(Reuters) – Google is exploring using artificial intelligence tools to write news articles and is in talks with news organizations to use the tools to assist journalists, a company spokesperson said late on Wednesday.
The spokesperson did not name the publishers, but the New York Times reported that Google has held discussions with the Washington Post, the Wall Street Journal-owner News Corp (NWSA.O) and even the New York Times, among others.
These AI tools could assist journalists with options for headlines or different writing styles, for instance, in a way that “enhances their work and productivity,” the Google spokesperson said, adding it was in the “earliest stages of exploring ideas”.
“Quite simply these tools are not intended to, and cannot, replace the essential role journalists have in reporting, creating, and fact-checking their articles,” the spokesperson said.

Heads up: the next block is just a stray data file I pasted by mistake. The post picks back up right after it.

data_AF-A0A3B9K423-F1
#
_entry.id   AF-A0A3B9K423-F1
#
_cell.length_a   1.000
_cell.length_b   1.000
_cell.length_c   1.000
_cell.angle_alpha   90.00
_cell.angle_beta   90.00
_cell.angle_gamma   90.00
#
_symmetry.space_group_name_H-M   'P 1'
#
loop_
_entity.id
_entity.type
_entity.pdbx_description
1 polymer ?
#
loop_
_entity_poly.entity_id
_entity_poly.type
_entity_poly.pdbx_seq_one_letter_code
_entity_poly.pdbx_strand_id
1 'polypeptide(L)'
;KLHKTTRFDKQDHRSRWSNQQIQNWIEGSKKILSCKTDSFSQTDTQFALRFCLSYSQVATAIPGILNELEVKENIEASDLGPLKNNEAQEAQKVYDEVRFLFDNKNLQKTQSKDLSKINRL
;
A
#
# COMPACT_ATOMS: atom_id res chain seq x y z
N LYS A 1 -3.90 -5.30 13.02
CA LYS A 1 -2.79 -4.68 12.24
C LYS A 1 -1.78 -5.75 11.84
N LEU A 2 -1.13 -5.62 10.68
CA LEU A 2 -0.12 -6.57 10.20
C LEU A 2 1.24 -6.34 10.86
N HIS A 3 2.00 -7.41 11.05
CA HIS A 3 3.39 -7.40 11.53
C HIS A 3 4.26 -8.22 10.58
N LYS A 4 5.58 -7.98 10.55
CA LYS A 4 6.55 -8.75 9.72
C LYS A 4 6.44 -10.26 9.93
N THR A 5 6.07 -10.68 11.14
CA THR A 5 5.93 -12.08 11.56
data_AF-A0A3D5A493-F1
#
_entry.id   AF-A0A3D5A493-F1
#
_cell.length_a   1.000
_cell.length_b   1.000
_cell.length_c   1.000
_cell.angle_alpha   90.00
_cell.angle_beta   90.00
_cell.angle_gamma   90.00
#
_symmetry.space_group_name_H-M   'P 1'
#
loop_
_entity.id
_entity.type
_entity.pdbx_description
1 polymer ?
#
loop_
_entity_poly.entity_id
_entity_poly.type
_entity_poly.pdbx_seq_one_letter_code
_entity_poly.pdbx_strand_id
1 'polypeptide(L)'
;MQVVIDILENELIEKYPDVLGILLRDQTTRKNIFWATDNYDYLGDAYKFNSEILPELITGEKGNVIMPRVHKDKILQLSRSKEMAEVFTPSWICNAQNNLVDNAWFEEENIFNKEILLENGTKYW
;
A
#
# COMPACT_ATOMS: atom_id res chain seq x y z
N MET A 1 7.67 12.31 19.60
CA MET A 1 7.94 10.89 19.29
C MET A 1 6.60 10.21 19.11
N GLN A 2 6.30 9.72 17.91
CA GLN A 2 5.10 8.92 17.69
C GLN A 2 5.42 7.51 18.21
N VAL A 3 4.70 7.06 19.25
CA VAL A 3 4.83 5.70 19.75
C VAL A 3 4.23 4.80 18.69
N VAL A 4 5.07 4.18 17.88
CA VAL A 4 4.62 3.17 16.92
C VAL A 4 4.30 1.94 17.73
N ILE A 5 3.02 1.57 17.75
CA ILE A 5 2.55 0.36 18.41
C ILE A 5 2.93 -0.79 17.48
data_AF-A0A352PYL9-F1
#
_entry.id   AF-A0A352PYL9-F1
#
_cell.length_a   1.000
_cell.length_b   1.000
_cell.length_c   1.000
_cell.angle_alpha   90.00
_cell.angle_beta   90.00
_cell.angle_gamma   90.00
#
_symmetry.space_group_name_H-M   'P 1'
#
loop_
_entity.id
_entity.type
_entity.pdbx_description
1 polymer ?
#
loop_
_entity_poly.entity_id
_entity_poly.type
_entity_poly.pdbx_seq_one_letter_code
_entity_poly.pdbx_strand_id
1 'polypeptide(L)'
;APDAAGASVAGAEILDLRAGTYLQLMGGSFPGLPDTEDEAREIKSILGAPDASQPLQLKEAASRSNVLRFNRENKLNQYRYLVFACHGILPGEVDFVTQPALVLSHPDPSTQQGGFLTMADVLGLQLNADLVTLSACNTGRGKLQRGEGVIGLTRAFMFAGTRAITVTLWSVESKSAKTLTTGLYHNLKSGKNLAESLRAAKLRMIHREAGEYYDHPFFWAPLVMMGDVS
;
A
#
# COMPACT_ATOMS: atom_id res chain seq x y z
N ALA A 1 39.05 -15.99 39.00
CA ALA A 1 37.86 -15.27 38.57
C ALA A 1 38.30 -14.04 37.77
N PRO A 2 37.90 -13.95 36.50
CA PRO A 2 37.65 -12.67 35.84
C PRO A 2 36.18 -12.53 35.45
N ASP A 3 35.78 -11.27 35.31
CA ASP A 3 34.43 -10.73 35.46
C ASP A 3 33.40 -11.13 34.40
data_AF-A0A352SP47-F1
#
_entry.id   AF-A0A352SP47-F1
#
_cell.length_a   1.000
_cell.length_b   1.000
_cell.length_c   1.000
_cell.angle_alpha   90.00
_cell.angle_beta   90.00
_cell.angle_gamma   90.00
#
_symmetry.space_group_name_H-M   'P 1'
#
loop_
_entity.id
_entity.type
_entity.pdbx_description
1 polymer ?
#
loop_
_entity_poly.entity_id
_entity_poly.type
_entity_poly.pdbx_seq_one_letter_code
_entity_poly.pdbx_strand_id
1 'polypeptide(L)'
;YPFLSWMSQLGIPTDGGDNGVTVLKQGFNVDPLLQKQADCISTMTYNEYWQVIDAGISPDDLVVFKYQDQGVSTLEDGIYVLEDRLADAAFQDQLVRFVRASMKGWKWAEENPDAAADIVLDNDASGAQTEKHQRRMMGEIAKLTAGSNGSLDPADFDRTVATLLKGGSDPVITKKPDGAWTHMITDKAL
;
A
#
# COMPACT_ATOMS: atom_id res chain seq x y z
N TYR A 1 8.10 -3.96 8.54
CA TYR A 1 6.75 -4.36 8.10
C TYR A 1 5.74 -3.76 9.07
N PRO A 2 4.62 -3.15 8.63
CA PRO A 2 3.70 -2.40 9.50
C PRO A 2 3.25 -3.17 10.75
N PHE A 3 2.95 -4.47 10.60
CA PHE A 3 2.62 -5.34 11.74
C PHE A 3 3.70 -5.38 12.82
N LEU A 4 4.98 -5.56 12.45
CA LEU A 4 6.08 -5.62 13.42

However, some executives who saw Google’s pitch described it as unsettling, the NYT said, adding the executives asked not to be identified. The AI tool that was pitched is called Genesis internally at Google, the NYT said, citing people familiar with the matter.
A News Corp spokesperson declined to comment on the NYT report or the AI tool, but said, “We have an excellent relationship with Google, and we appreciate (Google CEO) Sundar Pichai’s long-term commitment to journalism.”
The NYT and Washington Post did not immediately respond to Reuters’ requests for comment outside regular working hours.
The news comes days after the Associated Press said it would partner with ChatGPT-owner OpenAI to explore the use of generative AI in news, a deal that could set the precedent for similar partnerships between the industries.
Some outlets are already using generative AI for their content, but news publications have been slow to adopt the tech over concerns about its tendency to generate factually incorrect information, as well as challenges in differentiating between content produced by humans and computer programs.